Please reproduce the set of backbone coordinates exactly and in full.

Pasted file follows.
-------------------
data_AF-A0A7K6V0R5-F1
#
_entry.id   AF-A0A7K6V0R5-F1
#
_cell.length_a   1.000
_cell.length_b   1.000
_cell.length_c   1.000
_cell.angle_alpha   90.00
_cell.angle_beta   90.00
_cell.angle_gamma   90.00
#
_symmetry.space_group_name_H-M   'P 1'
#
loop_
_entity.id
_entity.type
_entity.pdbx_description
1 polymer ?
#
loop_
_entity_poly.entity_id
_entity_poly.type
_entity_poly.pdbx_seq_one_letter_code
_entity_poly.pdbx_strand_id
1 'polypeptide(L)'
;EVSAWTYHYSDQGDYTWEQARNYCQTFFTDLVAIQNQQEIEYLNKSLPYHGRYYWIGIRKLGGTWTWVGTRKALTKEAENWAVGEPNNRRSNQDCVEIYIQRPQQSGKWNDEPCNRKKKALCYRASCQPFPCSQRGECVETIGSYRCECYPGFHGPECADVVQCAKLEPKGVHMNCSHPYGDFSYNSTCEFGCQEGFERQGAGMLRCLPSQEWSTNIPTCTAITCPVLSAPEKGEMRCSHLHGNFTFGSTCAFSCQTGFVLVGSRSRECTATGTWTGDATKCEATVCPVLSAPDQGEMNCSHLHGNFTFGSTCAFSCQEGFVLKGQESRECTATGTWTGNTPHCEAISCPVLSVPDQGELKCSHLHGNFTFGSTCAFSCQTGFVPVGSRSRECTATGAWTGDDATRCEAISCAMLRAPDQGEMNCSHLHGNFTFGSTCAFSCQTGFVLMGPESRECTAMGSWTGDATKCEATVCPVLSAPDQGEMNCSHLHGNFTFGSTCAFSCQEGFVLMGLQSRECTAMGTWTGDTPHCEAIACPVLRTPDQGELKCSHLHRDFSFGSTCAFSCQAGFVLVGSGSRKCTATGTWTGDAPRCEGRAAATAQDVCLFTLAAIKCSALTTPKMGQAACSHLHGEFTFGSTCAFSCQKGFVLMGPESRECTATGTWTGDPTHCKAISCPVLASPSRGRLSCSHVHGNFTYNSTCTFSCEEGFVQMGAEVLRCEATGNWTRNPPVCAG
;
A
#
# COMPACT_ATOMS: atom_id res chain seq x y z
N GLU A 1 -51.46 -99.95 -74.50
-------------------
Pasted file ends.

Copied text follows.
data_AF-A0A7K6V0R5-F1
#
_entry.id   AF-A0A7K6V0R5-F1
#
_cell.length_a   1.000
_cell.length_b   1.000
_cell.length_c   1.000
_cell.angle_alpha   90.00
_cell.angle_beta   90.00
_cell.angle_gamma   90.00
#
_symmetry.space_group_name_H-M   'P 1'
#
loop_
_entity.id
_entity.type
_entity.pdbx_description
1 polymer ?
#
loop_
_entity_poly.entity_id
_entity_poly.type
_entity_poly.pdbx_seq_one_letter_code
_entity_poly.pdbx_strand_id
1 'polypeptide(L)'
;EVSAWTYHYSDQGDYTWEQARNYCQTFFTDLVAIQNQQEIEYLNKSLPYHGRYYWIGIRKLGGTWTWVGTRKALTKEAENWAVGEPNNRRSNQDCVEIYIQRPQQSGKWNDEPCNRKKKALCYRASCQPFPCSQRGECVETIGSYRCECYPGFHGPECADVVQCAKLEPKGVHMNCSHPYGDFSYNSTCEFGCQEGFERQGAGMLRCLPSQEWSTNIPTCTAITCPVLSAPEKGEMRCSHLHGNFTFGSTCAFSCQTGFVLVGSRSRECTATGTWTGDATKCEATVCPVLSAPDQGEMNCSHLHGNFTFGSTCAFSCQEGFVLKGQESRECTATGTWTGNTPHCEAISCPVLSVPDQGELKCSHLHGNFTFGSTCAFSCQTGFVPVGSRSRECTATGAWTGDDATRCEAISCAMLRAPDQGEMNCSHLHGNFTFGSTCAFSCQTGFVLMGPESRECTAMGSWTGDATKCEATVCPVLSAPDQGEMNCSHLHGNFTFGSTCAFSCQEGFVLMGLQSRECTAMGTWTGDTPHCEAIACPVLRTPDQGELKCSHLHRDFSFGSTCAFSCQAGFVLVGSGSRKCTATGTWTGDAPRCEGRAAATAQDVCLFTLAAIKCSALTTPKMGQAACSHLHGEFTFGSTCAFSCQKGFVLMGPESRECTATGTWTGDPTHCKAISCPVLASPSRGRLSCSHVHGNFTYNSTCTFSCEEGFVQMGAEVLRCEATGNWTRNPPVCAG
;
A
#
# COMPACT_ATOMS: atom_id res chain seq x y z
N GLU A 1 -51.46 -99.95 -74.50